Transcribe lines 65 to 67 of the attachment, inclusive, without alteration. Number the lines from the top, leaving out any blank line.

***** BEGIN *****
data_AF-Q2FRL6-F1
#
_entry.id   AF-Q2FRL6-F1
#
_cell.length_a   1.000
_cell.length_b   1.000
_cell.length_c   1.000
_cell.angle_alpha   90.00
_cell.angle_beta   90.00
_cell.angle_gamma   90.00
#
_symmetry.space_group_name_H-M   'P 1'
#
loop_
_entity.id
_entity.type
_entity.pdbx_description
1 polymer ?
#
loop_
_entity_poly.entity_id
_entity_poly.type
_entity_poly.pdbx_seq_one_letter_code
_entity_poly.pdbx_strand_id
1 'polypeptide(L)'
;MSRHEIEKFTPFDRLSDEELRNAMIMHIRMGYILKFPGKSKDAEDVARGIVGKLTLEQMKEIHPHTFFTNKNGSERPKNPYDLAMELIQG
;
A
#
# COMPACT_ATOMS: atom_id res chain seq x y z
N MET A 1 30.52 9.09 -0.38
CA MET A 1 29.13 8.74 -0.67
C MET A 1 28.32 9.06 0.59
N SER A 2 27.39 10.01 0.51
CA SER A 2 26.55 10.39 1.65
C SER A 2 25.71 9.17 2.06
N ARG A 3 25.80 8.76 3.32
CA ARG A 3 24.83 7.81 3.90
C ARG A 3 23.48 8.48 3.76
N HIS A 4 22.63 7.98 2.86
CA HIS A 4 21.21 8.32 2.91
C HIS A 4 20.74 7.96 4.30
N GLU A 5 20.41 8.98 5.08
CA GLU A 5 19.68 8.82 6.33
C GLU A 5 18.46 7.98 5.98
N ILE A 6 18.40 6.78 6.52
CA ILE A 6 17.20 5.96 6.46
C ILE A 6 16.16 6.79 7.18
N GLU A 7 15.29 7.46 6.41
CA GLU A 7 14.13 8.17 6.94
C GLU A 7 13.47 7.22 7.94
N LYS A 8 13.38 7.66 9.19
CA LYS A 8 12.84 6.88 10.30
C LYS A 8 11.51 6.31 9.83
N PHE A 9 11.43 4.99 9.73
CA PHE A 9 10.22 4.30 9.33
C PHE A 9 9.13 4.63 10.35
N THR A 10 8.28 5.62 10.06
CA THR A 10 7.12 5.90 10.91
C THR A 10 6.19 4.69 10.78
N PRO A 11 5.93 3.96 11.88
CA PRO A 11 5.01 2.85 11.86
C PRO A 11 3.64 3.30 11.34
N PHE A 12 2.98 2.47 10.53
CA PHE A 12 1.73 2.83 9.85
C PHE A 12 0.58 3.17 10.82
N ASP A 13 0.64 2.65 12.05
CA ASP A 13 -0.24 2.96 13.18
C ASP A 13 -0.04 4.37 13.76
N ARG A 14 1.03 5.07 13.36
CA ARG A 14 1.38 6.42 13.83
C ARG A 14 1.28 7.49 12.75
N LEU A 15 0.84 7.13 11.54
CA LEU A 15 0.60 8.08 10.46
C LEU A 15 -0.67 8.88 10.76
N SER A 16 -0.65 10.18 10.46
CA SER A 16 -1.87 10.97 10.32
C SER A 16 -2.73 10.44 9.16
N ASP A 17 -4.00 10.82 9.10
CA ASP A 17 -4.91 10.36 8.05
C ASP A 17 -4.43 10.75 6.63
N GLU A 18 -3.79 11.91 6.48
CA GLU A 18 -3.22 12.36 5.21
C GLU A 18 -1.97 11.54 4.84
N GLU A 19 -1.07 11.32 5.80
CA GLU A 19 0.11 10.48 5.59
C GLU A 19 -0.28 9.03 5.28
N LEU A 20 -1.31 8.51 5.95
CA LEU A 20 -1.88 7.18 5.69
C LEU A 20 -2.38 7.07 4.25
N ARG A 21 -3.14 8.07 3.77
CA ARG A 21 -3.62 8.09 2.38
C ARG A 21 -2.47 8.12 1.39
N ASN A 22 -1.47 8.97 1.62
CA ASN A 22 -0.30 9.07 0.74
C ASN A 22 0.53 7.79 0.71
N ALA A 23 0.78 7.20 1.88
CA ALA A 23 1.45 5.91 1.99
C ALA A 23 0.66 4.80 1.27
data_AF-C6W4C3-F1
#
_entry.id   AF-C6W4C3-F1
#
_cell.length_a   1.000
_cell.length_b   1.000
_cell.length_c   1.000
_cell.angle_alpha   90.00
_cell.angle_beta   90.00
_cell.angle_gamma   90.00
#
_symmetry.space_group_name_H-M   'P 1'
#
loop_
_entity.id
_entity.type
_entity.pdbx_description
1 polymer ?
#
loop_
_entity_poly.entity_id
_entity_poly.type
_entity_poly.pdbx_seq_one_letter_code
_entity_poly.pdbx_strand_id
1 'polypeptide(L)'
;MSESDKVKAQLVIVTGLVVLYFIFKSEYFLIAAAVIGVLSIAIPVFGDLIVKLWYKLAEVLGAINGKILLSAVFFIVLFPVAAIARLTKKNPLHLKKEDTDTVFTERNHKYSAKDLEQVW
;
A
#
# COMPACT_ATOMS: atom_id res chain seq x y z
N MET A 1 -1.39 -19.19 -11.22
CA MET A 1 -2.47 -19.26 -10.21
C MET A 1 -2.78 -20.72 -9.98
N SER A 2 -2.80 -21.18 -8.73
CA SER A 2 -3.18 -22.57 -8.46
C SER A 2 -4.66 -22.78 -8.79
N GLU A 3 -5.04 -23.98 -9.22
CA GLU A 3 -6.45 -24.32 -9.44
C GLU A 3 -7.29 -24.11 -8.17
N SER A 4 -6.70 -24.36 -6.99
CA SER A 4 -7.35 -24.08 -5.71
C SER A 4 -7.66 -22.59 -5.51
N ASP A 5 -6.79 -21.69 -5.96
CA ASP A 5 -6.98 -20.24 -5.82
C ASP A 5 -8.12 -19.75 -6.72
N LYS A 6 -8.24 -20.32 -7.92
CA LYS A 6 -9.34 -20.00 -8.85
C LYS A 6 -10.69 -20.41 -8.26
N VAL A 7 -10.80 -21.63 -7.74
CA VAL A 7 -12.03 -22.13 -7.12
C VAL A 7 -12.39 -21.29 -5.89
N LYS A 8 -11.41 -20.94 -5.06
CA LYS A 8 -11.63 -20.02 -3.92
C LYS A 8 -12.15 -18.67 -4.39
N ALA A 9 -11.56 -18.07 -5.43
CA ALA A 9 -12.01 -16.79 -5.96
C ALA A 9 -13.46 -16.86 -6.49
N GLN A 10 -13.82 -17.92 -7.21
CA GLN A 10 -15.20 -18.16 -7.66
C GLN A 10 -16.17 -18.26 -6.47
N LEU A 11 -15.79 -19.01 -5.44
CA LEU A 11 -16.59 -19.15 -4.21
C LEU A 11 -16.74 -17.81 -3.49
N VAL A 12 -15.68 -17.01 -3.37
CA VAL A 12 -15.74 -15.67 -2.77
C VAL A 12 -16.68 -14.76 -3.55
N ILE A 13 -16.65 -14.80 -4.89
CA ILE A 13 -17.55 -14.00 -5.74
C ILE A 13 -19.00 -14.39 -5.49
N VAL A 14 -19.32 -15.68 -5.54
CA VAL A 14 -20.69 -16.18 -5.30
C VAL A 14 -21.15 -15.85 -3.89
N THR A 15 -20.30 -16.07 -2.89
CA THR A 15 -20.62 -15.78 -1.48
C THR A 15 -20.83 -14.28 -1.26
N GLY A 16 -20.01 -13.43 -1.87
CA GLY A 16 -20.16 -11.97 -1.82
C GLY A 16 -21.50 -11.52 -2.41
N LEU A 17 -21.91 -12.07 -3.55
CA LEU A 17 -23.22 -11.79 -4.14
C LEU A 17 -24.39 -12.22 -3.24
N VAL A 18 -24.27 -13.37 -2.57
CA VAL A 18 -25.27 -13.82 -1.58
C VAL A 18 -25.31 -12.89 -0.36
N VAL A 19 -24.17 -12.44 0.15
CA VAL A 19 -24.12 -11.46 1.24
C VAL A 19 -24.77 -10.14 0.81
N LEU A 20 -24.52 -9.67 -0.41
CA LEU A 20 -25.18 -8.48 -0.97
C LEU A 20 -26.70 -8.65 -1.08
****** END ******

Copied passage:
CA PHE A 12 1.73 2.83 9.85
C PHE A 12 0.58 3.17 10.82
N ASP A 13 0.64 2.65 12.05